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Summary: This is a Hymnology Sermon Series teaching the stories behind some of the most well known hymns found in our hymnal.

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Philippians 2:5-11

5 In your relationships with one another, have the same mindset as Christ Jesus:

6 Who, being in very nature God,

did not consider equality with God something to be used to his own advantage;

7 rather, he made himself nothing

by taking the very nature of a servant,

being made in human likeness.

8 And being found in appearance as a man,

he humbled himself

by becoming obedient to death—

even death on a cross!

9 Therefore God exalted him to the highest place

and gave him the name that is above every name,

10 that at the name of Jesus every knee should bow,

in heaven and on earth and under the earth,

11 and every tongue acknowledge that Jesus Christ is Lord,

to the glory of God the Father.

“All Hail the Power of Jesus Name”

We are beginning a new sermon series today called “Hymnology 101.” We will spend the next four weeks looking at some of the most famous hymns in Christiandom, and learning the history behind the words that we sing. Think of it like VH1 “Behind the Music” but for church.

The first hymn we will be looking at has been called the “National Anthem of Christendom.” It is one of the most famous and recognizable hymns that we have. It has been translated into every single Christian language, and has been included in over 2,300 American hymnals alone. It was first written in 1779 by an Englishman, Edward Perronet.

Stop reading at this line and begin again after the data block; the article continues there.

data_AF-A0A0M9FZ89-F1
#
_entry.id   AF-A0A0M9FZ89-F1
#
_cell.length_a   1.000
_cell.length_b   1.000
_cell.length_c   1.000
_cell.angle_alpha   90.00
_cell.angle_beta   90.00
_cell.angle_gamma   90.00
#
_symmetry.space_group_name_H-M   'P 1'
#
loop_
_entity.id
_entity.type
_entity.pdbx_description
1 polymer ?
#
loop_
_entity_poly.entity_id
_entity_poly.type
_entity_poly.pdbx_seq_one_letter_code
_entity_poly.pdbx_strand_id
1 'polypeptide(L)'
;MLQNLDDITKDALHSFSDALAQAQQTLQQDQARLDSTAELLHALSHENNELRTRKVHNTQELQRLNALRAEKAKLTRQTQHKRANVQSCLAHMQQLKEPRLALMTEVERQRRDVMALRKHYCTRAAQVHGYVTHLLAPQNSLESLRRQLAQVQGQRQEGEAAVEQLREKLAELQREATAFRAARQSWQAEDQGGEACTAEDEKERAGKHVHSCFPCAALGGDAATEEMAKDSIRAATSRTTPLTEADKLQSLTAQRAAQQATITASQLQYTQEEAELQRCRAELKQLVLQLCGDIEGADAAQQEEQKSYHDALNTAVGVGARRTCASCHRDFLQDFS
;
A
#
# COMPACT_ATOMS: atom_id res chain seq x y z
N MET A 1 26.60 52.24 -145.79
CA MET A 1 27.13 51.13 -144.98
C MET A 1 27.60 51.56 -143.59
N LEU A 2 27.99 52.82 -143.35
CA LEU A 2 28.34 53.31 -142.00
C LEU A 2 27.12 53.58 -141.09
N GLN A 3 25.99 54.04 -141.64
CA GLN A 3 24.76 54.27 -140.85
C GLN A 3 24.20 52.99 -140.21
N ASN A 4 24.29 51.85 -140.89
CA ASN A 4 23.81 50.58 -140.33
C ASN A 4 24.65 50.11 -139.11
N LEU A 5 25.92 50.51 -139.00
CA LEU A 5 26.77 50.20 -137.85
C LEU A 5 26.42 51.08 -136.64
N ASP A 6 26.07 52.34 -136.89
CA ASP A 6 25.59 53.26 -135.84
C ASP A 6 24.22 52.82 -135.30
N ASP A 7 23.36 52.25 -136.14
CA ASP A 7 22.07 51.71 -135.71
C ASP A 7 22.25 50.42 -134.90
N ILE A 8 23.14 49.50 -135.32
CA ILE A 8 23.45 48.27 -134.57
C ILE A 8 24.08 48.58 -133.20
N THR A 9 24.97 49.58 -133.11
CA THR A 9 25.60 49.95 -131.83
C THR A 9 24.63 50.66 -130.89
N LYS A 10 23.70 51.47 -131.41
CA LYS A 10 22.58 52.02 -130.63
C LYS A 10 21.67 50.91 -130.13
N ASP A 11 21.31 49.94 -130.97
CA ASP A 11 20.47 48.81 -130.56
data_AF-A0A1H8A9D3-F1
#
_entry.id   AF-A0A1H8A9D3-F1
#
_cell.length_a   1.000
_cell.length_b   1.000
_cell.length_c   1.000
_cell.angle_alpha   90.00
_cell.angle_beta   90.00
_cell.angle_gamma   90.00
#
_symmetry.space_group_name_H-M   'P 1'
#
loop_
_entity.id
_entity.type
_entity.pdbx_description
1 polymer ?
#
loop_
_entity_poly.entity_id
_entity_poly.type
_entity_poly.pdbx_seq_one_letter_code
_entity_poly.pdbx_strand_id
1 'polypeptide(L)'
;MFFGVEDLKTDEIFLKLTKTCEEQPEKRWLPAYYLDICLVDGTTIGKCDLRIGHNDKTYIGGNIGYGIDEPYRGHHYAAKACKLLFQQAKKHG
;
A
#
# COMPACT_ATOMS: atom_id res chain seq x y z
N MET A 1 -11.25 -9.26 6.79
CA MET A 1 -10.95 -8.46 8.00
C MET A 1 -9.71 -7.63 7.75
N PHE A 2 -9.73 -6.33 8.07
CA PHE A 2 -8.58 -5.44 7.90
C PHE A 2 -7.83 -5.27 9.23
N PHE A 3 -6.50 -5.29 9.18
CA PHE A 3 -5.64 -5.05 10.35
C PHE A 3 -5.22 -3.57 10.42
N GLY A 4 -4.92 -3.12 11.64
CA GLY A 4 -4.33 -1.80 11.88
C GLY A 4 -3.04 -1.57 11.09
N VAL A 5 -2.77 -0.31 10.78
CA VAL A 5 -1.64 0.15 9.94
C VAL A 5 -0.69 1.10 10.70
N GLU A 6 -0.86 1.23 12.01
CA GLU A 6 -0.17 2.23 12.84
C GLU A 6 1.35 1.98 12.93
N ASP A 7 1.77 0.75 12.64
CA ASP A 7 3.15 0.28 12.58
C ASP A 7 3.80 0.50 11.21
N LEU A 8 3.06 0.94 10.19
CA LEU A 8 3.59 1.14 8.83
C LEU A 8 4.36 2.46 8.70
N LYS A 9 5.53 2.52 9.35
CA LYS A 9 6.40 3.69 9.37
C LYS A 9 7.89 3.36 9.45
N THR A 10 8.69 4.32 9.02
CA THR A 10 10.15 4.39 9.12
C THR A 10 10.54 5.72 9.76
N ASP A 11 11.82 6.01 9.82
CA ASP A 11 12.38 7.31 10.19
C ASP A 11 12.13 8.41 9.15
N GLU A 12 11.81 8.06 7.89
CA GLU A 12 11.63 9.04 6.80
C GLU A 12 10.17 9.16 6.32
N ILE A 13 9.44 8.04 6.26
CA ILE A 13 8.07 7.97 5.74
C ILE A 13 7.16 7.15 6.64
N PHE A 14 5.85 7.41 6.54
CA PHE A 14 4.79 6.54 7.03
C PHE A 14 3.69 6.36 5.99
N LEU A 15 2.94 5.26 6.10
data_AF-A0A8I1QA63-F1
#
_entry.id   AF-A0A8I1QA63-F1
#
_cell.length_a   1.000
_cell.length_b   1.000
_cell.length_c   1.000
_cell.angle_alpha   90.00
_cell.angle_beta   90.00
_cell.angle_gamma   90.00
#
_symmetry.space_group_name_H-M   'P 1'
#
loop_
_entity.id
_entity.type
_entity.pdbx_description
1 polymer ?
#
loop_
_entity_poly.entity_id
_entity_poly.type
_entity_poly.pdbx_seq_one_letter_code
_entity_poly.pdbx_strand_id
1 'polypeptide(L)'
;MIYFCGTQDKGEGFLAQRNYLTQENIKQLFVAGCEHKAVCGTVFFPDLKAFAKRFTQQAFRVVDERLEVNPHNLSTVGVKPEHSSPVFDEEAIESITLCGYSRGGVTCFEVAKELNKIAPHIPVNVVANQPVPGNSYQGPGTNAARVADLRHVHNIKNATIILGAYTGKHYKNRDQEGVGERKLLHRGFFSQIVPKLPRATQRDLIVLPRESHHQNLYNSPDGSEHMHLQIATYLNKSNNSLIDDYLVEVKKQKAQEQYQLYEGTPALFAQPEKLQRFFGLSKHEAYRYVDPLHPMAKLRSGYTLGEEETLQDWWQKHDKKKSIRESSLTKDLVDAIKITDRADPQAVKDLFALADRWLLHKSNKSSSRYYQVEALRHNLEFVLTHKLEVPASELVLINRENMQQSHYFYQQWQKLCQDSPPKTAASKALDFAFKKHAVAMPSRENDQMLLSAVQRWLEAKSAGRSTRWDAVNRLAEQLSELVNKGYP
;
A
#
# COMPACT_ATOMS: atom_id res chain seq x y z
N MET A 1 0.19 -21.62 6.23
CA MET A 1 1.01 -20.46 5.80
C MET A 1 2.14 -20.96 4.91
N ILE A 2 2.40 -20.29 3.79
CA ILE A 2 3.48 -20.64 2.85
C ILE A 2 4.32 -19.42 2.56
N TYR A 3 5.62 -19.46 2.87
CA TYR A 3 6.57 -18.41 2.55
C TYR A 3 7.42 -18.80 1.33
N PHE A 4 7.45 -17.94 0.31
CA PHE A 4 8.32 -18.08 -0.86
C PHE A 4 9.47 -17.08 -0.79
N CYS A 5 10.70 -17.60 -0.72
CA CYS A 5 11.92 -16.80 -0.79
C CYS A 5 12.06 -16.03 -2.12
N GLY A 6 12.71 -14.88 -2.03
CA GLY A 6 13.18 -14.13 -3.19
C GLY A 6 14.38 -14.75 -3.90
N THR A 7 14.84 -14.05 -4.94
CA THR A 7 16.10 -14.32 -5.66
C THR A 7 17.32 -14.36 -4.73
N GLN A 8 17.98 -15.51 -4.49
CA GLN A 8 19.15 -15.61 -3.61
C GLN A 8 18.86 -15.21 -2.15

Edward Perronet was the son of an Anglican priest. Born in Kent, England… Perronet’s family was already quite familiar with trials and tribulations. Edward's Protestant grandparents had fled Catholic France, going first to Switzerland then to relative safety of England. Edward followed in his father’s footsteps… becoming a Vicar himself. He eventually became very close to the famous English reformer John Wesley and his brother Charles Wesley during England's eighteenth century revival.

Now, I already said that England was only “relatively” safe for Protestants. In time, Edward would be exposed to his own trials and persecutions. Edward would often travel with John and Charles Wesley, and in one of John Wesley's journal, we find this entry: "Edward Perronet was thrown down and rolled in mud and mire. Stones were hurled and windows broken." We might think things are tense between different denominations now… but it is nothing in comparison to what it was like back then.

Edward was also subjected to some strife between himself and the Wesleys. Though considered a capable preacher, Perronet was uneasy about doing so in front of John Wesley, despite Wesley's persistent urging. Finally, one Sunday… Wesley simply announced that Brother Perronet would be giving the sermon that day. So, unable to resist any longer… Edward mounted the pulpit and declared he would deliver the greatest sermon ever preached. He then proceeded to read Christ's "Sermon on the Mount"; after which, he immediately sat down. I couldn’t find if John Wesley after asked him to preach again.


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